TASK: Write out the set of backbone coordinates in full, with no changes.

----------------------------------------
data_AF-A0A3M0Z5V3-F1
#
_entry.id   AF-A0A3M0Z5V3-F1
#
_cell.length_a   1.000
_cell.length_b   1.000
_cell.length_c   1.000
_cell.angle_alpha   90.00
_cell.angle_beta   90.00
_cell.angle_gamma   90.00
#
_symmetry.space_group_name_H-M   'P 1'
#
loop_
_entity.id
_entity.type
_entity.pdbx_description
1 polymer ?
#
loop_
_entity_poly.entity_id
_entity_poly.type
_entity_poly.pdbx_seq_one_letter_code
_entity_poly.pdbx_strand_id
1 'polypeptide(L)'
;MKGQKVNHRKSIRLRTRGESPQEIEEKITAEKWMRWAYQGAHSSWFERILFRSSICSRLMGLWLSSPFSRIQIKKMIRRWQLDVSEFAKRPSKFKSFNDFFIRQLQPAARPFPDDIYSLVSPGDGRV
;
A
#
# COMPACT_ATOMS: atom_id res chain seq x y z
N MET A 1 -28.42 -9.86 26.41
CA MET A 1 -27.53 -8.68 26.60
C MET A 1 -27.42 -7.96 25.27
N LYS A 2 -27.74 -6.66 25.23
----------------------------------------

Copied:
data_AF-A0A3M0Z5V3-F1
#
_entry.id   AF-A0A3M0Z5V3-F1
#
_cell.length_a   1.000
_cell.length_b   1.000
_cell.length_c   1.000
_cell.angle_alpha   90.00
_cell.angle_beta   90.00
_cell.angle_gamma   90.00
#
_symmetry.space_group_name_H-M   'P 1'
#
loop_
_entity.id
_entity.type
_entity.pdbx_description
1 polymer ?
#
loop_
_entity_poly.entity_id
_entity_poly.type
_entity_poly.pdbx_seq_one_letter_code
_entity_poly.pdbx_strand_id
1 'polypeptide(L)'
;MKGQKVNHRKSIRLRTRGESPQEIEEKITAEKWMRWAYQGAHSSWFERILFRSSICSRLMGLWLSSPFSRIQIKKMIRRWQLDVSEFAKRPSKFKSFNDFFIRQLQPAARPFPDDIYSLVSPGDGRV
;
A
#
# COMPACT_ATOMS: atom_id res chain seq x y z
N MET A 1 -28.42 -9.86 26.41
CA MET A 1 -27.53 -8.68 26.60
C MET A 1 -27.42 -7.96 25.27
N LYS A 2 -27.74 -6.66 25.23